by Luca Fiore
The instruction guide to re-creating the work Untitled (Perfect Lovers), 1987-1990, reads as follows, “1. Purchase two identical black-framed, battery operated commercial clocks with a 14” diameter. 2. Set both clocks to the same time. 3. Hang clocks at a height and location desirable to you. Place clocks directly next to each other touching.” Cuban artist Felix Gonzalez-Torres has said that this work is the scariest thing he has ever made. “Time is something that scares me … or used to. I wanted to face it. I wanted those two clocks right in front of me, ticking.”
The work is a shameless readymade, capable of becoming a powerful, yet ambiguous and poignant metaphor for the love between two people. These are common objects that can be bought cheaply and are used in everyday offices and public spaces. It is a universal image, which is direct and understandable. Two soul mates, whose movement is synchronized, whose heartbeat, whose breath proceeds in unison within the passage of time. The epitome of an idyll. They are two beings who mirror each other, recognize each other and, despite their individuality, exist as one. For Gonzalez-Torres, however, the work – thus conceived at an ideal level – must come to terms with its own physicality. In fact, as time passes the two clocks first tend to go out of sync and then, as one of them runs out of battery, it stops while the other continues to move. When this happens the collector, or the institution exhibiting the work, has to replace the batteries, synchronize the clocks again, and restart them. Untitled (Perfect Lovers) is dedicated to the artist’s partner, Ross Laycock, who died of AIDS in 1991.
These were years of controversy around the National Endowment for the Arts, the U.S. federal agency that supports the most promising art projects. Notably, in 1989, the Corcoran Gallery of Art was forced to cancel a Robert Mapplethorpe retrospective – funded by public money – because of accusations of “obscenity” by the religious right. According to Gonzalez-Torres, the Republicans needed some fear mongering to tighten the ranks of their electorate. Since even the Soviet Union had fallen, it was controversial artworks, particularly those by artists using homosexual imagery, that now had to have the visual and symbolic force capable of mobilizing opposition to the Republican base. But as the Cuban artist confided to critic Robert Storr: “That is one thing that bugs me about artists who are doing so-called gay art and their limitation of what they consider as an object of desire for gay men. When I had a show at the Hirshhorn, Senator Stevens, who is one of the most homophobic anti-art senators, said he was going to come to the opening and I thought: he’s going to have a really hard time explaining to his constituency how pornographic and how homoerotic two clocks side-by side are.'”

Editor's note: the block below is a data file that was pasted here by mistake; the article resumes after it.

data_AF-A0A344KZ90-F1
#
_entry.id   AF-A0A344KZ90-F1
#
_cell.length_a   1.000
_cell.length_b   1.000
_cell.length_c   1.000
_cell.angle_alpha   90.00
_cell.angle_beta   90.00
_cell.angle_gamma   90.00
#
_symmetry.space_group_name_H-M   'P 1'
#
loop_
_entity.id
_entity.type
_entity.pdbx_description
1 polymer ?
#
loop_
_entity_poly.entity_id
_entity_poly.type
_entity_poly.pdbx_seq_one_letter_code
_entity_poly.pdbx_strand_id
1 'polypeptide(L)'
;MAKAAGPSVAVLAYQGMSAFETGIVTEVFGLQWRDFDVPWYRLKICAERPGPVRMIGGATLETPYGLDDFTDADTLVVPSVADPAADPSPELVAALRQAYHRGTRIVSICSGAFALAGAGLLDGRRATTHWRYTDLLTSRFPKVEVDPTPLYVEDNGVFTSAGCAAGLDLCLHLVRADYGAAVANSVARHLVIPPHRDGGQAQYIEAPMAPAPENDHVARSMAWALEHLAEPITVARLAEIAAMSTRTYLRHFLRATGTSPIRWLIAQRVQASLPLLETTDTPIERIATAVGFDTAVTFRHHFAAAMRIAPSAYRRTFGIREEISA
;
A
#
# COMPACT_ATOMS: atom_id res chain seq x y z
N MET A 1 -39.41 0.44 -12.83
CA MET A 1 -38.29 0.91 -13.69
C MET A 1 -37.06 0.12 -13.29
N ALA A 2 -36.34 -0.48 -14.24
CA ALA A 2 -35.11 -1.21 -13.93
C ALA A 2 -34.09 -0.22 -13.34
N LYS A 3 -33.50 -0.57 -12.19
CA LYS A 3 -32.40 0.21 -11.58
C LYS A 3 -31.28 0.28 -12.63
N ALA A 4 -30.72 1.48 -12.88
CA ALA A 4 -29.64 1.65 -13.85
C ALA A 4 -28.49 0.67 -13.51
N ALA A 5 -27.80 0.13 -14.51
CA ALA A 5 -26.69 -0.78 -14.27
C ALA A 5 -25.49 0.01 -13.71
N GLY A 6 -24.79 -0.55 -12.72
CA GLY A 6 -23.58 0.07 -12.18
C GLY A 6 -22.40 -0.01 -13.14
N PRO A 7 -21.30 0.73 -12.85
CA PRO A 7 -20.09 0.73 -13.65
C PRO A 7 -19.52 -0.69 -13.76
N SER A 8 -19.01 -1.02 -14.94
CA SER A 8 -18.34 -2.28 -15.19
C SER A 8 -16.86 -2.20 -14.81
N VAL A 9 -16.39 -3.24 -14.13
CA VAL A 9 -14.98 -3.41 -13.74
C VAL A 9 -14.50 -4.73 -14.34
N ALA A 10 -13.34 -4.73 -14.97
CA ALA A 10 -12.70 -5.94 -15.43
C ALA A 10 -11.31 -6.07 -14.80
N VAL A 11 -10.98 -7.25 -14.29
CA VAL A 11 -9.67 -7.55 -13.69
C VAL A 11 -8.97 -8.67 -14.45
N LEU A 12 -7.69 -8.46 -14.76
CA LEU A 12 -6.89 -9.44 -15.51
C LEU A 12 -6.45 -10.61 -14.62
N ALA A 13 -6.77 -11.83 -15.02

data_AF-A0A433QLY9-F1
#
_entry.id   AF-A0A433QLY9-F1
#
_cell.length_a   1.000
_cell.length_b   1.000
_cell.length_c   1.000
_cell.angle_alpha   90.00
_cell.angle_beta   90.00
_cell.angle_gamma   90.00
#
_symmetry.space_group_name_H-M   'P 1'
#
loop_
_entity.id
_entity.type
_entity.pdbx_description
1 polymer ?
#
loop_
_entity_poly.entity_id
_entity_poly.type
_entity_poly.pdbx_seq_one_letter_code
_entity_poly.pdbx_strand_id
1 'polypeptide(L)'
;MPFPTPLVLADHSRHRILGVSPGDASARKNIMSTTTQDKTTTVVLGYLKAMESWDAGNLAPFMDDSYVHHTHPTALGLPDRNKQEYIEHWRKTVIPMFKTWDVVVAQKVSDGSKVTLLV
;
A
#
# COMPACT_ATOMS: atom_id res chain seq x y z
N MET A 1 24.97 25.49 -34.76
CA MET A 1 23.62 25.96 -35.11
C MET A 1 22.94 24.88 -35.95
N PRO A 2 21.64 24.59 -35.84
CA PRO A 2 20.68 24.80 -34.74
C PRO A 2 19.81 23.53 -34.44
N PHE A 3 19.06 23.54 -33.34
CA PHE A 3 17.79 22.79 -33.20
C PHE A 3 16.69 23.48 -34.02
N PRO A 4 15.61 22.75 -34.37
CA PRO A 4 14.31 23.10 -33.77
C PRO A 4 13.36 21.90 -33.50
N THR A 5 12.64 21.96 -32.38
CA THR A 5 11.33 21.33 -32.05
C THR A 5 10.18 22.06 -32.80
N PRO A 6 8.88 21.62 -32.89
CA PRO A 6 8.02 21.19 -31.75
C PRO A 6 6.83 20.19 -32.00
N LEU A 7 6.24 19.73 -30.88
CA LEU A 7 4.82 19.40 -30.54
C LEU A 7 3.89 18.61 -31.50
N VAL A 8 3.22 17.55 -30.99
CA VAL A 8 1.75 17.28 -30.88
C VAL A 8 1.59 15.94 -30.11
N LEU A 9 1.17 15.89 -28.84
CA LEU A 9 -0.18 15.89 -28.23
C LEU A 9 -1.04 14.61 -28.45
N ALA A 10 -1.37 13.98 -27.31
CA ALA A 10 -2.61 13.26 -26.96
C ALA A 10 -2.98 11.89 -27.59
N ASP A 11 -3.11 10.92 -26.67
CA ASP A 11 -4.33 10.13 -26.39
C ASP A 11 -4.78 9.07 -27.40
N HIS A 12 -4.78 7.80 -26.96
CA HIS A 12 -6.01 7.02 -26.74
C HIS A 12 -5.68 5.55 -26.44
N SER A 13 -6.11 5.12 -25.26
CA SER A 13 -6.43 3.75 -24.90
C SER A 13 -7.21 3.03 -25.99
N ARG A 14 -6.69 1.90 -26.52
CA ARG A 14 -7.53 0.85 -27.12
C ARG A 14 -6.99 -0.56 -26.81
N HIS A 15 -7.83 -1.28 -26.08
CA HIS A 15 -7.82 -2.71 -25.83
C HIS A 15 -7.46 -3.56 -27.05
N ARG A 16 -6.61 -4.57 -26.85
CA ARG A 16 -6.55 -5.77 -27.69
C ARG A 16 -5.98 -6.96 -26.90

Untitled (Perfect Lovers) has the capacity to reveal the breadth of human desire; it reaches a depth that touches primal truths. Although it speaks of a love story between two men – the clocks are identical, there is no sexual difference –, its themes are universal. Eros and Tanathos, the aspiration for eternity colliding with the destructive force of time, the need for one’s own heartbeat to have an echo in another person’s. And, perhaps, it is not by chance that the outline of the two clocks touching each other resembles the mathematical symbol of infinity. These are two hourglasses, memento mori, gaugers of the finiteness of existence that evoke, through that form that from minimalist becomes symbolic, the aspiration for perfection that is never exhausted. It is a paradox that manifests itself with each movement of the hand, impossible to represent in a photographic image that captures only an isolated instant in the life of the work.
There is a letter written by Gonzalez-Torres addressed to Ross that is titled “Lovers, 1988.” It is typed, and two stylized clocks have been drawn at the top of the paper in blue pen marking the same time. The message reads, “Don’t be afraid of clocks, they are our time, time has been so generous to us. We imprinted time with the sweet taste of victory. We conquered fate by meeting at a certain time in a certain space. We are a product of time, therefore we give back credit where it is due: time. We are synchronized, now forever. I love you.”
Il Foglio Arte, 24th September 2021